Dr. Mariana Valverde’s Michel Foucault (2017), part of Routledge’s Key Thinkers in Criminology series:
Mariana Valverde clearly explains the insights that Foucault’s rich body of work provides about different practices found in the fields of law, security, justice, and punishment; and how these insights have been used or could be used to understand and explain issues and policies that Foucault himself did not write about, including those that had not yet emerged during his lifetime. This book explores the theoretical contribution of Michel Foucault to the fields of criminology, law, justice and penology. It surveys both the ways in which the work of Foucault has been applied in criminology, but also how his work can be used to understand and explain contemporary issues and policies. Moreover, this book seeks to dispel some of the common misconceptions about the relevance of Foucault’s work to criminology and law.
Dr. Beatrice Jauregui’s Provisional Authority: Police, Order, and Security in India (2017):
Provocative and compelling, Provisional Authority provides a rare and disquieting look inside the world of police in India, and shines critical light on an institution fraught with moral, legal and political contradictions. Policing as a global form is often fraught with excessive violence, corruption, and even criminalization. These sorts of problems are especially omnipresent in postcolonial nations such as India, where Beatrice Jauregui has spent several years studying the day-to-day lives of police officers in its most populous state, Uttar Pradesh. In this book, she offers an empirically rich and theoretically innovative look at the great puzzle of police authority in contemporary India and its relationship to social order, democratic governance, and security.
Read Prof. Jauregui’s essay on “Humanity, Intersectionality, Inclusion,” in which she reconsiders postcolonial police violence and social justice via Canada and India. It is part of Anthropoliteia’s #BlackLivesMatterSyllabus Project.
Dr. Honor Brabazon has published an edited collection titled Understanding the Role of Law in the Neoliberal Project (2017):
Neoliberalism has been studied as a political ideology, an historical moment, an economic programme, an institutional model, and a totalising political project. Yet the role of law in the neoliberal story has been relatively neglected, and the idea of neoliberalism as a juridical project has yet to be considered. That is: neoliberal law and its interrelations with neoliberal politics and economics has remained almost entirely neglected as a subject of research and debate. This book provides a systematic attempt to develop a holistic and coherent understanding of the relationship between law and neoliberalism. It does not, however, examine law and neoliberalism as fixed entities or as philosophical categories. And neither is its objective to uncover or devise a ‘law of neoliberalism’. Instead, it uses empirical evidence to explore and theorise the relationship between law and neoliberalism as dynamic and complex social phenomena. Developing a nuanced concept of ‘neoliberal legality’, neoliberalism, it is argued here, is as much a juridical project as a political and economic one. And it is only in understanding the juridical thrust of neoliberalism that we can hope to fully comprehend the specificities, and continuities, of the neoliberal period as a whole.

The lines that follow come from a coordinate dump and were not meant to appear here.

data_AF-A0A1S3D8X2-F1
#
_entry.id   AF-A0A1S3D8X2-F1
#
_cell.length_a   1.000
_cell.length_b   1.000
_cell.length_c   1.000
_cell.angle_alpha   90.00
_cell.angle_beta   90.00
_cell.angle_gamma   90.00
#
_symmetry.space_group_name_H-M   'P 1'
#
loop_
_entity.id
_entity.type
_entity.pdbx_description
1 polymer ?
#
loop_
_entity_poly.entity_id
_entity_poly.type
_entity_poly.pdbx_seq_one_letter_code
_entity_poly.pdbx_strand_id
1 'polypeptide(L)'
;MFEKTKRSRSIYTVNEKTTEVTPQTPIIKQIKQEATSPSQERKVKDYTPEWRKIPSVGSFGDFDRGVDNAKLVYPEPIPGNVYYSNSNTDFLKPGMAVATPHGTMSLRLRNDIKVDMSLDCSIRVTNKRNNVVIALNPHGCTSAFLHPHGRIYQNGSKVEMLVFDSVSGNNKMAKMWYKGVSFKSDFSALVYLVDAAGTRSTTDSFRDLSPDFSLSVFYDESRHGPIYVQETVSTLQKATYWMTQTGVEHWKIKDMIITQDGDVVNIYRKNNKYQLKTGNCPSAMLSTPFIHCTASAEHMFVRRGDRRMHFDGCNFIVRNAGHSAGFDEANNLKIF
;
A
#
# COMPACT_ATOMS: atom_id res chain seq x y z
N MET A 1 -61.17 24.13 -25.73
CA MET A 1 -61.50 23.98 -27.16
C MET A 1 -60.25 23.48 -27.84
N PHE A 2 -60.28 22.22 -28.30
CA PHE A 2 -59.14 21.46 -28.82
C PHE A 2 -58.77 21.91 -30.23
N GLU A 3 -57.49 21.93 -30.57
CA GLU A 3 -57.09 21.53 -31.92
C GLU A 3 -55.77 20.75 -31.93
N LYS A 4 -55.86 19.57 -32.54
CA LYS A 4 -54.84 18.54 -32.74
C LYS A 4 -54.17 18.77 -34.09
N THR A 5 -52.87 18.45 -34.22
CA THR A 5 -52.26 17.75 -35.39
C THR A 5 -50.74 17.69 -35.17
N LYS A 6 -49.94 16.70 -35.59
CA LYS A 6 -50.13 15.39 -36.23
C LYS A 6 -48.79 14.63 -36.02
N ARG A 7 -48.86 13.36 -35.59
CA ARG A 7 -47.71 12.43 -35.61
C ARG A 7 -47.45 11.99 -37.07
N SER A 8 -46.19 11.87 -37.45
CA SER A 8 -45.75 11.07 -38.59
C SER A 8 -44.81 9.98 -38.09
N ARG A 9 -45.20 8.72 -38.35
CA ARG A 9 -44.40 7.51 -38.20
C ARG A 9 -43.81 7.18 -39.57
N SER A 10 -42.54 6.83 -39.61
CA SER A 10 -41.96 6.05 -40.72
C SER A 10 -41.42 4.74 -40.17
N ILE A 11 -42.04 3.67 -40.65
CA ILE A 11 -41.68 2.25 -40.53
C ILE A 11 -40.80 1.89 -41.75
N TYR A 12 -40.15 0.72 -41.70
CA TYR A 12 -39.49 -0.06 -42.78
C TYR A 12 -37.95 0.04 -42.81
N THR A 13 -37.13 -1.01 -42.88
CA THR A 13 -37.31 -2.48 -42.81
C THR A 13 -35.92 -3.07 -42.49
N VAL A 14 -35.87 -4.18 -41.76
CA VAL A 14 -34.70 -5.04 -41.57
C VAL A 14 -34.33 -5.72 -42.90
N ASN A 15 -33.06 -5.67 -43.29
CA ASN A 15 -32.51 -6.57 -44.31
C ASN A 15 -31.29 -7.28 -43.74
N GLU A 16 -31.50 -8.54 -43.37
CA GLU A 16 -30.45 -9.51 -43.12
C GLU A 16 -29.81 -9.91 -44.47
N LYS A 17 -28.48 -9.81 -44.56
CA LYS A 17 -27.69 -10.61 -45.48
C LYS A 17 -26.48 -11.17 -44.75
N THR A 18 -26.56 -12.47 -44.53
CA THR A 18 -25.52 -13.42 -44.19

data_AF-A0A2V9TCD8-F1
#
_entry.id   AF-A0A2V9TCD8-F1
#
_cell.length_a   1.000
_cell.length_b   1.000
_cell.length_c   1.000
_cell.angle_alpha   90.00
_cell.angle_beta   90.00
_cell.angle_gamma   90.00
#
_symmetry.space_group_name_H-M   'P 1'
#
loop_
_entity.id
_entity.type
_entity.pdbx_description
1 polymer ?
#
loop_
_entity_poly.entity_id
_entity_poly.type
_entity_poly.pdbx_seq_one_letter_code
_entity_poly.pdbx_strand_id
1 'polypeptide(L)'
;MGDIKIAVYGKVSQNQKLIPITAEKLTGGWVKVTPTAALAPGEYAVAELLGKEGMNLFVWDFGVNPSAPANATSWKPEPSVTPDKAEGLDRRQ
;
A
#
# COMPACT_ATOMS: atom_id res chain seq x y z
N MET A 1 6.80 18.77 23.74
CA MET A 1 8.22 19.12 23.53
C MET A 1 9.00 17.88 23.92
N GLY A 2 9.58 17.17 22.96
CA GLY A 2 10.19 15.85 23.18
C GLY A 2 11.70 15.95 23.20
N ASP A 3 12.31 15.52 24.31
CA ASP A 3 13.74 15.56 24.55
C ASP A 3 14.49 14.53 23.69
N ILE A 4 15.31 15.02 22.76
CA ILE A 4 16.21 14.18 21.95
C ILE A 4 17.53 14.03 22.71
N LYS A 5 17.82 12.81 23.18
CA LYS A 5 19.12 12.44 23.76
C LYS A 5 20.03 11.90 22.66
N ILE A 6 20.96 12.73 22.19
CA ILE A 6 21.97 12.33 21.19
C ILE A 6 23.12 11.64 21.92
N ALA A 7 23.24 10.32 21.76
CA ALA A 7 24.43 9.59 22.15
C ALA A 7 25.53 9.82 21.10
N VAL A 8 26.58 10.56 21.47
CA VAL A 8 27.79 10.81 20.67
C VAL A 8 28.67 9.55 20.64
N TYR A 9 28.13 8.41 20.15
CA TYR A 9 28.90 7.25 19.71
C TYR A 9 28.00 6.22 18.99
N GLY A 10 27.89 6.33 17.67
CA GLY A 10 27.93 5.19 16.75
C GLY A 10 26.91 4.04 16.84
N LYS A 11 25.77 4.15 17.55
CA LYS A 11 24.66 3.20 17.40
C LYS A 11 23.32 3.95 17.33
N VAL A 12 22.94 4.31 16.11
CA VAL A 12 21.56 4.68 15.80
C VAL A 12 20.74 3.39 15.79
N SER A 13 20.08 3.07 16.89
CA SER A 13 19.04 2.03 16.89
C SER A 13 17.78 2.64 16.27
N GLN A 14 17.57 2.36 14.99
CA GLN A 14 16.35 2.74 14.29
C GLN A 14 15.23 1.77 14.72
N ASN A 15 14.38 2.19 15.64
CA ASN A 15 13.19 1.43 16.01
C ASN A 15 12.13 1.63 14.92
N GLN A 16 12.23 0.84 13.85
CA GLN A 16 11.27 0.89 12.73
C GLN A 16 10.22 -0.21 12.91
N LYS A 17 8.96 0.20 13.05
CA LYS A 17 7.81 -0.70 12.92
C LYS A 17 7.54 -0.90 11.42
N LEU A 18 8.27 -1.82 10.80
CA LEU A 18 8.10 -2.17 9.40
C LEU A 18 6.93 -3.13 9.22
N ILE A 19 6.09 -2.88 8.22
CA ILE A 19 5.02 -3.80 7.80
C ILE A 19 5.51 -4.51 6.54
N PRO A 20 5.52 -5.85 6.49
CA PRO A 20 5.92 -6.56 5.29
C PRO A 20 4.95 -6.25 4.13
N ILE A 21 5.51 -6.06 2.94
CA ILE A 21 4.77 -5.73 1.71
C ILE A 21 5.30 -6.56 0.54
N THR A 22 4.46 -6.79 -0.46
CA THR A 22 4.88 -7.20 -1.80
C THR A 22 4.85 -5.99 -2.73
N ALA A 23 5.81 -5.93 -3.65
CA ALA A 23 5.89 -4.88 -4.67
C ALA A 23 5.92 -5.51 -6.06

Centre PhD alumnus Sarah Turnbull, now teaching at the School of Law at Birkbeck, as released a book on UBC Press titled Parole in Canada: Gender and Diversity in the Federal System (2016).
Professor Matt Light‘s latest book Fragile Migration Rights- Freedom of Movement in post-Soviet Russia (2016) has been released on Routledge.
Professor Matt Light and former Centre postdoc and CLTA assistant professor Gavin Slade have co-edited a special issue of Theoretical Criminology on crime and criminal justice in the post-Soviet region. The collection aims to bring problems of public order in this important world region to the attention of a largely English-speaking professional criminology audience, and includes review essays on a broad range of topics, including the changing roles of prosecutors and judges, police, and prisons; official corruption and organized crime; homicide; and Skinhead violence. In addition, the widely read political blog “The Monkey Cage,” hosted by the Washington Post, features an introduction and write-up of the special issue.
Professor Rosemary Gartner co-edited the latest Oxford Handbook of Gender, Sex, and Crime.
Professor Mariana Valverde’s book, Everyday Law on the Street: City Governance in an Age of Diversity, in 2012. For more information or to purchase, visit the University of Chicago Press